Only two Xplora employees have access to the secure database where customer information is stored and all access to that database is tracked and logged.
This issue the testers identified was based on a remote snapshot feature included in initial internal prototype watches for a potential feature that could be activated by parents after a child pushes an SOS emergency button. We removed the functionality for all commercial models due to privacy concerns. The researcher found some of the code was not completely eliminated from the firmware.
Since being alerted, we have developed a patch for the Xplora 4, which is not available for sale in the US, to address the issue and will push it out prior to 8:00 a.m. CET on October 9. We conducted an extensive audit since we were notified and have found no evidence of the security flaw being used outside of the Mnemonic testing.
The spokesman said the company has sold about 100,000 X4 smartwatches to date. The company is in the process of rolling out the X5. It’s not yet clear if it contains similar backdoor functionality.
Sand discovered the backdoor through some impressive reverse engineering. He started with a modified USB cable that he soldered onto pins exposed on the back of the watch. Using an interface for updating the device firmware, he was able to download the existing firmware off the watch. This allowed him to inspect the insides of the watch, including the apps and other various code packages that were installed.
One package that stood out was titled “Persistent Connection Service.” It starts as soon as the device is turned on and iterates through all the installed applications. As it queries each application, it builds a list of intents—or messaging frameworks—it can call to communicate with each app.
Sand’s suspicions were further aroused when he found intents with the following names:
After more poking around, Sand figured out the intents were activated using SMS text messages that were encrypted with the hardwired key. System logs showed him that the key was stored on a flash chip, so he dumped the contents and obtained it—“#hml;Fy/sQ9z5MDI=$” (quotation marks not included). Reverse engineering also allowed the researcher to figure out the syntax required to activate the remote snapshot function.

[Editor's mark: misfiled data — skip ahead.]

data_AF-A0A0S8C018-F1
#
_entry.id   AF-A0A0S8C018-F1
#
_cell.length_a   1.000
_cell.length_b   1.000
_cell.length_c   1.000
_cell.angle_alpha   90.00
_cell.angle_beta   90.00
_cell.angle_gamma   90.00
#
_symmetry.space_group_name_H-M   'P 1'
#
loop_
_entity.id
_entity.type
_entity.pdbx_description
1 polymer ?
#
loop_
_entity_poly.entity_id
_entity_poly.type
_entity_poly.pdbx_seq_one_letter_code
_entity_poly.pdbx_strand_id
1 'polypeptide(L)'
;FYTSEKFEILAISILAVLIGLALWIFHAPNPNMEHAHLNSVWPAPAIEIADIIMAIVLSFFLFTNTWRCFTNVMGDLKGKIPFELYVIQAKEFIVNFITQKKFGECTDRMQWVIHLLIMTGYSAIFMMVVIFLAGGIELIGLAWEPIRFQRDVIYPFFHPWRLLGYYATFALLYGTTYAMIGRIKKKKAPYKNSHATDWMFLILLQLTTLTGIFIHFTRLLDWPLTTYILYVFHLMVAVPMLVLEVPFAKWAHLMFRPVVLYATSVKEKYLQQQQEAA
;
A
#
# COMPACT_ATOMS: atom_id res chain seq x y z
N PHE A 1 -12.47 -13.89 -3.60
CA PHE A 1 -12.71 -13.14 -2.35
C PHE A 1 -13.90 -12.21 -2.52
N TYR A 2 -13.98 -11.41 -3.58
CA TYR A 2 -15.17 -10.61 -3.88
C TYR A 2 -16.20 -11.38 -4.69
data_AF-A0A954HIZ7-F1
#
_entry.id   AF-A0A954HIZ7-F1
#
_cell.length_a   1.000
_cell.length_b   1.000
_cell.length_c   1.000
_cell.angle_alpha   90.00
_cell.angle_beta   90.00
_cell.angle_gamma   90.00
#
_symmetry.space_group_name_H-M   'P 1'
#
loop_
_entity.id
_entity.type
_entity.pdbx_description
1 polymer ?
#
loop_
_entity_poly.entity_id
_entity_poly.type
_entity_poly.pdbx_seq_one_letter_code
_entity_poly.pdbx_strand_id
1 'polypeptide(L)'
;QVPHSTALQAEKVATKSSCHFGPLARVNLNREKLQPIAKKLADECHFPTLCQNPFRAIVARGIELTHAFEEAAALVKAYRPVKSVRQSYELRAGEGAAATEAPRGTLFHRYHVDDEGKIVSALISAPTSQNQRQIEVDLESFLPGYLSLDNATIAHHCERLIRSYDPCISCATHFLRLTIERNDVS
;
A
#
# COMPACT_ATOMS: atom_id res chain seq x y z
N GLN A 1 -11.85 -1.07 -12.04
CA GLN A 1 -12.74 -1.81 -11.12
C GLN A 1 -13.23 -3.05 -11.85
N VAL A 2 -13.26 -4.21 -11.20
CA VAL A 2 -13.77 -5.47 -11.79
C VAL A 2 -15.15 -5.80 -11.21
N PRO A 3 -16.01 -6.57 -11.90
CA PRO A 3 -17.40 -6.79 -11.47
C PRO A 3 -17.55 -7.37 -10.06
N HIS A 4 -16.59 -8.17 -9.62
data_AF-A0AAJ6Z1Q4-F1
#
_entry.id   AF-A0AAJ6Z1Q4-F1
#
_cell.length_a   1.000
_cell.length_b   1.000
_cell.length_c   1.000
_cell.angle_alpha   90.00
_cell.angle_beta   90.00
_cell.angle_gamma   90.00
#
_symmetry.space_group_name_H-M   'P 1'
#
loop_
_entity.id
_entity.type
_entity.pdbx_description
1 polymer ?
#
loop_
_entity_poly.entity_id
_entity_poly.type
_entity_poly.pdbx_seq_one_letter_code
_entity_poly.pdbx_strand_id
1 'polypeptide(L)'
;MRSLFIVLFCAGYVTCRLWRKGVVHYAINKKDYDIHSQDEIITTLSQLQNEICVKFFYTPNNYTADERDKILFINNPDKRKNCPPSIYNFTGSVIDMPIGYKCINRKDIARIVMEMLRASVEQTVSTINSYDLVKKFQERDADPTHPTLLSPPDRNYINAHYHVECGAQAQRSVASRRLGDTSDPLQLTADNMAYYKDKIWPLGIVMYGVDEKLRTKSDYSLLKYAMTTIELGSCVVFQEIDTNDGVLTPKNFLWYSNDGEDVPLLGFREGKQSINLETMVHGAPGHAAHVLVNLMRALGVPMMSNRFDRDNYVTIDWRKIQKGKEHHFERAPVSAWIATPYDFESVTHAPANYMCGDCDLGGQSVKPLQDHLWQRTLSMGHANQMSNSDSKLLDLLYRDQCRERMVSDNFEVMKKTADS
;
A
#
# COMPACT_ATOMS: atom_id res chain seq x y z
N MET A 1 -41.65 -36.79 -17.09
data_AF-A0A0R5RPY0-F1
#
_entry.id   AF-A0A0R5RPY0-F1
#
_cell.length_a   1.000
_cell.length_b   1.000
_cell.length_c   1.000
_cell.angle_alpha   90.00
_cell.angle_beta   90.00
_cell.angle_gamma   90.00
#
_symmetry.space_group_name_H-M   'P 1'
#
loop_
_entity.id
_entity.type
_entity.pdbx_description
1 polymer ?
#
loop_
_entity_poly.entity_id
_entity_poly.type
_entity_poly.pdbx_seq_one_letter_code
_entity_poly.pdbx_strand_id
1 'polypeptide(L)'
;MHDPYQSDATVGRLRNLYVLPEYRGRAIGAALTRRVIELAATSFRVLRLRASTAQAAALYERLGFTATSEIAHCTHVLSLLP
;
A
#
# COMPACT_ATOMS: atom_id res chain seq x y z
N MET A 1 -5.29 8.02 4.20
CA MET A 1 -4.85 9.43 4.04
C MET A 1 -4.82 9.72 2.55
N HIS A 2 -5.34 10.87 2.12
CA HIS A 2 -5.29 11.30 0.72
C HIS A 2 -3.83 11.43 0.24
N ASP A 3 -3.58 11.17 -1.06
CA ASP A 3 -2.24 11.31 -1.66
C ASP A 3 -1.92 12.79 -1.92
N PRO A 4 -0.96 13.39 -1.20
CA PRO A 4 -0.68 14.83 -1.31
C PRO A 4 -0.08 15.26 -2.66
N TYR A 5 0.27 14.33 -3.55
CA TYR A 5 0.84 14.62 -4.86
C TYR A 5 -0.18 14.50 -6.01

“Sending the SMS triggered a picture to be taken on the watch, and it was immediately uploaded to Xplora’s server,” Sand wrote. “There was zero indication on the watch that a photo was taken. The screen remained off the entire time.”
Sand said he didn’t activate the functions for wiretapping or reporting locations, but with additional time, he said, he’s confident he could have.
As both Sand and Xplora note, exploiting this backdoor would be difficult, since it requires knowledge of both the unique factory-set encryption key and the phone number assigned to the watch. For that reason, there’s no reason for people who own a vulnerable device to panic.
Still, it’s not beyond the realm of possibility that the key could be obtained by someone with ties to the manufacturer. And while phone numbers aren’t usually published, they’re not exactly private, either.
The backdoor underscores the kinds of risks posed by the increasing number of everyday devices that run on firmware that can’t be independently inspected without the kinds of heroic measures employed by Sand. While the chances of this particular backdoor being used are low, people who own an X4 would do well to ensure their device installs the patch as soon as practical.